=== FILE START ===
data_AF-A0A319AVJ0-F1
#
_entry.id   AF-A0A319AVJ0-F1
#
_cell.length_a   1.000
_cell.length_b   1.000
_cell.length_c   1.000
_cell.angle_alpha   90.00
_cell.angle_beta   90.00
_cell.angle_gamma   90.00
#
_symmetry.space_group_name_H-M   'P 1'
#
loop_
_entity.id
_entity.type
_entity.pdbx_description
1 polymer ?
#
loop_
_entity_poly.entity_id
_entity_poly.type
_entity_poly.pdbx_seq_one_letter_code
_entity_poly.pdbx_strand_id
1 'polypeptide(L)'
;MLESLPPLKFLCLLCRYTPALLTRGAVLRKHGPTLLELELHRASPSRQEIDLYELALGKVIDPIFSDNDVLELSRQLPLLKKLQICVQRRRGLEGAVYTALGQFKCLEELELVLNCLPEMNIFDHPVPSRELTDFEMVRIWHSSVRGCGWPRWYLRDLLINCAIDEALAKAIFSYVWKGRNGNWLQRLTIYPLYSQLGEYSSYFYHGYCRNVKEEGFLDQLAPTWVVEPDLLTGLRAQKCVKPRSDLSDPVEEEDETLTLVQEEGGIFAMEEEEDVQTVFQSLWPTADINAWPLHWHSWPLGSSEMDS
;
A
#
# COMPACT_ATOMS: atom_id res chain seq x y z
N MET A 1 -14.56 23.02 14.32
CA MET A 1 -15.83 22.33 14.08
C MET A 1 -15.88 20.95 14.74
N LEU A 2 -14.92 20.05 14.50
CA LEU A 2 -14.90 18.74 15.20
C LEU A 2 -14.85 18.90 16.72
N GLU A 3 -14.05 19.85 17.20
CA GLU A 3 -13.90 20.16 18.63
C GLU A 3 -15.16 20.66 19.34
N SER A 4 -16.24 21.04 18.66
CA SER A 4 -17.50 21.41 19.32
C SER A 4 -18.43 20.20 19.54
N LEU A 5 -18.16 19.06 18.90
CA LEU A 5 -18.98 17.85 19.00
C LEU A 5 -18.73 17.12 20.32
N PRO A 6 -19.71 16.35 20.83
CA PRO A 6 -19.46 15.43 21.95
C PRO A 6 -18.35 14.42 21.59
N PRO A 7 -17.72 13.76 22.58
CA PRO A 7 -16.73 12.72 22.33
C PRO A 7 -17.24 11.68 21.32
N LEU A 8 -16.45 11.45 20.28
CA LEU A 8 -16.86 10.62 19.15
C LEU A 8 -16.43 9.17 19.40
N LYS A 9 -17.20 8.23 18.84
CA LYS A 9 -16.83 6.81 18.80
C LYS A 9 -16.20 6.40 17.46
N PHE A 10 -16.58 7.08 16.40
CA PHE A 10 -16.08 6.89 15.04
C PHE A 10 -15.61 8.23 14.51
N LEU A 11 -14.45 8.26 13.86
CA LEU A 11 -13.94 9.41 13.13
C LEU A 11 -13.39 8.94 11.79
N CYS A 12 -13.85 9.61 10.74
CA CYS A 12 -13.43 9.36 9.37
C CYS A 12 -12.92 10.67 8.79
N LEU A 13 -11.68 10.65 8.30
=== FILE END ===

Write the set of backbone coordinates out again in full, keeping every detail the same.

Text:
data_AF-A0A319AVJ0-F1
#
_entry.id   AF-A0A319AVJ0-F1
#
_cell.length_a   1.000
_cell.length_b   1.000
_cell.length_c   1.000
_cell.angle_alpha   90.00
_cell.angle_beta   90.00
_cell.angle_gamma   90.00
#
_symmetry.space_group_name_H-M   'P 1'
#
loop_
_entity.id
_entity.type
_entity.pdbx_description
1 polymer ?
#
loop_
_entity_poly.entity_id
_entity_poly.type
_entity_poly.pdbx_seq_one_letter_code
_entity_poly.pdbx_strand_id
1 'polypeptide(L)'
;MLESLPPLKFLCLLCRYTPALLTRGAVLRKHGPTLLELELHRASPSRQEIDLYELALGKVIDPIFSDNDVLELSRQLPLLKKLQICVQRRRGLEGAVYTALGQFKCLEELELVLNCLPEMNIFDHPVPSRELTDFEMVRIWHSSVRGCGWPRWYLRDLLINCAIDEALAKAIFSYVWKGRNGNWLQRLTIYPLYSQLGEYSSYFYHGYCRNVKEEGFLDQLAPTWVVEPDLLTGLRAQKCVKPRSDLSDPVEEEDETLTLVQEEGGIFAMEEEEDVQTVFQSLWPTADINAWPLHWHSWPLGSSEMDS
;
A
#
# COMPACT_ATOMS: atom_id res chain seq x y z
N MET A 1 -14.56 23.02 14.32
CA MET A 1 -15.83 22.33 14.08
C MET A 1 -15.88 20.95 14.74
N LEU A 2 -14.92 20.05 14.50
CA LEU A 2 -14.90 18.74 15.20
C LEU A 2 -14.85 18.90 16.72
N GLU A 3 -14.05 19.85 17.20
CA GLU A 3 -13.90 20.16 18.63
C GLU A 3 -15.16 20.66 19.34
N SER A 4 -16.24 21.04 18.66
CA SER A 4 -17.50 21.41 19.32
C SER A 4 -18.43 20.20 19.54
N LEU A 5 -18.16 19.06 18.90
CA LEU A 5 -18.98 17.85 19.00
C LEU A 5 -18.73 17.12 20.32
N PRO A 6 -19.71 16.35 20.83
CA PRO A 6 -19.46 15.43 21.95
C PRO A 6 -18.35 14.42 21.59
N PRO A 7 -17.72 13.76 22.58
CA PRO A 7 -16.73 12.72 22.33
C PRO A 7 -17.24 11.68 21.32
N LEU A 8 -16.45 11.45 20.28
CA LEU A 8 -16.86 10.62 19.15
C LEU A 8 -16.43 9.17 19.40
N LYS A 9 -17.20 8.23 18.84
CA LYS A 9 -16.83 6.81 18.80
C LYS A 9 -16.20 6.40 17.46
N PHE A 10 -16.58 7.08 16.40
CA PHE A 10 -16.08 6.89 15.04
C PHE A 10 -15.61 8.23 14.51
N LEU A 11 -14.45 8.26 13.86
CA LEU A 11 -13.94 9.41 13.13
C LEU A 11 -13.39 8.94 11.79
N CYS A 12 -13.85 9.61 10.74
CA CYS A 12 -13.43 9.36 9.37
C CYS A 12 -12.92 10.67 8.79
N LEU A 13 -11.68 10.65 8.30